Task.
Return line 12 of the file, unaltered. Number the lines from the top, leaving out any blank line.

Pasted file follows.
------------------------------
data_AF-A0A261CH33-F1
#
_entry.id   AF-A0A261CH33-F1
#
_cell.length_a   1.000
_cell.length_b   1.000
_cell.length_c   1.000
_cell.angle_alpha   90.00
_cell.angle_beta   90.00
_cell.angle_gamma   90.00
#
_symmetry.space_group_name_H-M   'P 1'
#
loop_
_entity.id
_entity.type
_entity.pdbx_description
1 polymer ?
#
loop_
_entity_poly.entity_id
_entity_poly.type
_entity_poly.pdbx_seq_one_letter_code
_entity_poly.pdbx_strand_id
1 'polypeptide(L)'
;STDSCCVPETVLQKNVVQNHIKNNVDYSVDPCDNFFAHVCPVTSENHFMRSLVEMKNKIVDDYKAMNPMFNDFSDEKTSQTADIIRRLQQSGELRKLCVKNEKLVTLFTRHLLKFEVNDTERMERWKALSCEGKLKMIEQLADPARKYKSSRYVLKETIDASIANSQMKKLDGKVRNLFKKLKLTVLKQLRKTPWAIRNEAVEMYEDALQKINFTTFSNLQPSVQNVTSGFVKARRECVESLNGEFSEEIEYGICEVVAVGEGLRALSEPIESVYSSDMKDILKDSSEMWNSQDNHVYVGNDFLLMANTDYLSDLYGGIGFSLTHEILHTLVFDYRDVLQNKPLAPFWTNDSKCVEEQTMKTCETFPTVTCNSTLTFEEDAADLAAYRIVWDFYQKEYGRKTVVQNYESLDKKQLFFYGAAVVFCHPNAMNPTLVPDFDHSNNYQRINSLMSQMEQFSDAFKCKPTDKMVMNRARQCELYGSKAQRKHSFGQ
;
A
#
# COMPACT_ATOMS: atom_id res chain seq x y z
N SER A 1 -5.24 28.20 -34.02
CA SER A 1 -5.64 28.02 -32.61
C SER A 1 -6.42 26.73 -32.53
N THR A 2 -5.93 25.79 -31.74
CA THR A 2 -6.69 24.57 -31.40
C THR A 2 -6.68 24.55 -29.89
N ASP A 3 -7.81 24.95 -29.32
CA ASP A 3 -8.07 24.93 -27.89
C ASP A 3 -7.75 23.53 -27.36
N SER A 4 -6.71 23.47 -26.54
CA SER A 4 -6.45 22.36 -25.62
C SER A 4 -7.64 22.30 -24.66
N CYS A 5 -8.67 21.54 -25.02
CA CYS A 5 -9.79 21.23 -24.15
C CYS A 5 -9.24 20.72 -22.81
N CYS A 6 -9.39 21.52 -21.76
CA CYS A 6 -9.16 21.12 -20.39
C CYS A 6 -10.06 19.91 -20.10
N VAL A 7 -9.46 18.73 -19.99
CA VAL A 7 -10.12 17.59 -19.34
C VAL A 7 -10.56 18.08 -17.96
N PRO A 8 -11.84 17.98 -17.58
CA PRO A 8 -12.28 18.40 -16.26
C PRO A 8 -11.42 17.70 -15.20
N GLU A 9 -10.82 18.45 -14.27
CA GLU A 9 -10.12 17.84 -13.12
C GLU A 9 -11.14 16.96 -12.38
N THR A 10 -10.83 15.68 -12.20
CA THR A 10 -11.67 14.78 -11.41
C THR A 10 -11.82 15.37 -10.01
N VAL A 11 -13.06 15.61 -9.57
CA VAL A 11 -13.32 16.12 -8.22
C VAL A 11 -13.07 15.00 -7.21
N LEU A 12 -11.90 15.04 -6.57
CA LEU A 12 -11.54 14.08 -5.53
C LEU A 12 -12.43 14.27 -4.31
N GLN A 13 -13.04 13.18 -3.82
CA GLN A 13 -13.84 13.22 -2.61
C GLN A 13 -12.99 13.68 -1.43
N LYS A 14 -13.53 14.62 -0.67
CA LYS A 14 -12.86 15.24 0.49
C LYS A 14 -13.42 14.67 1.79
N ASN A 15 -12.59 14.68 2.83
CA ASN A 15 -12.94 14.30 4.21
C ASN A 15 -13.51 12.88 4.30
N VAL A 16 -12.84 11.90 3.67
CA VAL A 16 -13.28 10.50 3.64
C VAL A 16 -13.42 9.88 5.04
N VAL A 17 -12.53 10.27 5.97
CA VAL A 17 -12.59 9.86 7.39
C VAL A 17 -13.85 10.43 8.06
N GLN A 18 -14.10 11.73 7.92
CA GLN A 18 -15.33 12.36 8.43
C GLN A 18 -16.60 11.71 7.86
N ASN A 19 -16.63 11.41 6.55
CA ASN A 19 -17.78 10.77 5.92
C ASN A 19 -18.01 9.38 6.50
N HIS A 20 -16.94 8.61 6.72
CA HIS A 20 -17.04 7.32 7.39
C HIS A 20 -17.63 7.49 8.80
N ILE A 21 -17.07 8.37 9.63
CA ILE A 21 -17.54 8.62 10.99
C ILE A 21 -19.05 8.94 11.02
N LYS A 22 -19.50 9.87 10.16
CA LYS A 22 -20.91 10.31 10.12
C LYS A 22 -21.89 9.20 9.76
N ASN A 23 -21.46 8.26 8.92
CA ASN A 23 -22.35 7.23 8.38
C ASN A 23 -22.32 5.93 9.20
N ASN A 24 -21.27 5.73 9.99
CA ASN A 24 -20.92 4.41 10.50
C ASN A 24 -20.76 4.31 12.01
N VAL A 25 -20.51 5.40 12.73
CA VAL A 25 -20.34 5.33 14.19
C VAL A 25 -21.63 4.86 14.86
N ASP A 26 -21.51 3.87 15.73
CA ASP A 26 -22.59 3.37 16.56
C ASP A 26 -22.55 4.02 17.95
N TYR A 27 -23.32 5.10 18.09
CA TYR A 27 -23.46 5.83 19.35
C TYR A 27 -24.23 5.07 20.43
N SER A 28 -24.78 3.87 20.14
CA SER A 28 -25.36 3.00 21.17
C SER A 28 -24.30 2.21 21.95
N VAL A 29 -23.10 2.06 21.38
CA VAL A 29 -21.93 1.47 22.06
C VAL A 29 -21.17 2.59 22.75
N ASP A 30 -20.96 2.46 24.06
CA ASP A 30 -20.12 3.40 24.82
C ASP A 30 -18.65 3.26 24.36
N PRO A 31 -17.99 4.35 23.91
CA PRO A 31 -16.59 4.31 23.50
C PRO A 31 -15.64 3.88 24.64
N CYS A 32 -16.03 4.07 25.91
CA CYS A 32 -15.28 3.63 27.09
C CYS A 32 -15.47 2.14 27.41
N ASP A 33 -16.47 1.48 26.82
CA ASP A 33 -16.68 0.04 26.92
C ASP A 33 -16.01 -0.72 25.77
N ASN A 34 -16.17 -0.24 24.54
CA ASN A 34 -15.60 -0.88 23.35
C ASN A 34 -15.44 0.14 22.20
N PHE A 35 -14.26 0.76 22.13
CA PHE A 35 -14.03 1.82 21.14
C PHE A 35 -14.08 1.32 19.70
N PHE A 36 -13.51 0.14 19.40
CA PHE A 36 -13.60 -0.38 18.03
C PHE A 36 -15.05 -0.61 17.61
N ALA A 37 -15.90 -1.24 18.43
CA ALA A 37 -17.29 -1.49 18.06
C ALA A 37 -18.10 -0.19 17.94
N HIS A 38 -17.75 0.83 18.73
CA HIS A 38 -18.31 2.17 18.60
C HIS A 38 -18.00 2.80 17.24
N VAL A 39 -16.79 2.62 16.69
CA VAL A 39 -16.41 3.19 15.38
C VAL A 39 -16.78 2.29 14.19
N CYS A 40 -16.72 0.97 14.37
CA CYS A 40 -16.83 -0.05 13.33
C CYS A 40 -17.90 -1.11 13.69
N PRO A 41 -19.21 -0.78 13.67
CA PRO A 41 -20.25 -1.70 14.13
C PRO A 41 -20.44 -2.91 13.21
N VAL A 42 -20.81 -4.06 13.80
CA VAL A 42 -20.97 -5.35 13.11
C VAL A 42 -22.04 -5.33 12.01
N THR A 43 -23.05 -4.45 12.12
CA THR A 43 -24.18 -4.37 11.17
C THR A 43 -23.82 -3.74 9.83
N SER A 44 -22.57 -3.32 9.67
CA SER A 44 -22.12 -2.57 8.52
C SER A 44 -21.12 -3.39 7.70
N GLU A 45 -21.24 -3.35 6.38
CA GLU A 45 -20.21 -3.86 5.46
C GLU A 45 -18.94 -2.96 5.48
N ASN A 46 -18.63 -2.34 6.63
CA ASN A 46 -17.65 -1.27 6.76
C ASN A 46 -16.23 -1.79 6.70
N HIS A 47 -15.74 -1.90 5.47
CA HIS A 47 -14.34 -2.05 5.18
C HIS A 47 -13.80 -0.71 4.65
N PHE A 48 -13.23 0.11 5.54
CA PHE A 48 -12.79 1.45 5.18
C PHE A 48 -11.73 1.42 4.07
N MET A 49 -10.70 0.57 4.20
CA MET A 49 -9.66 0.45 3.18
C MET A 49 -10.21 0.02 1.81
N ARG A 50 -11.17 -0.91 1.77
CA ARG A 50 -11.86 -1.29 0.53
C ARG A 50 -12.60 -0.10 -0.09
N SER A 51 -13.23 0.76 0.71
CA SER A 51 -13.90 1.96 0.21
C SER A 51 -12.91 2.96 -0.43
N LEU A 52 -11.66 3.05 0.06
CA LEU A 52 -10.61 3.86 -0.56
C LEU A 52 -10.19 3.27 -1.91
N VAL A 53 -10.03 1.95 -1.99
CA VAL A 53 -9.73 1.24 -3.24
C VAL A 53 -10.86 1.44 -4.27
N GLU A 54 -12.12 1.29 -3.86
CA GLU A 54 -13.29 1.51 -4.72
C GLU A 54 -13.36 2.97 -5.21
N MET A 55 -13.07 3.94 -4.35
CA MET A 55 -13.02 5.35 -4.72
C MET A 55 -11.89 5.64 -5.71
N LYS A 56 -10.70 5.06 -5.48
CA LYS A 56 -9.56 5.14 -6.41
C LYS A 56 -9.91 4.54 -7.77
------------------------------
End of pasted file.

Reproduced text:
_symmetry.space_group_name_H-M   'P 1'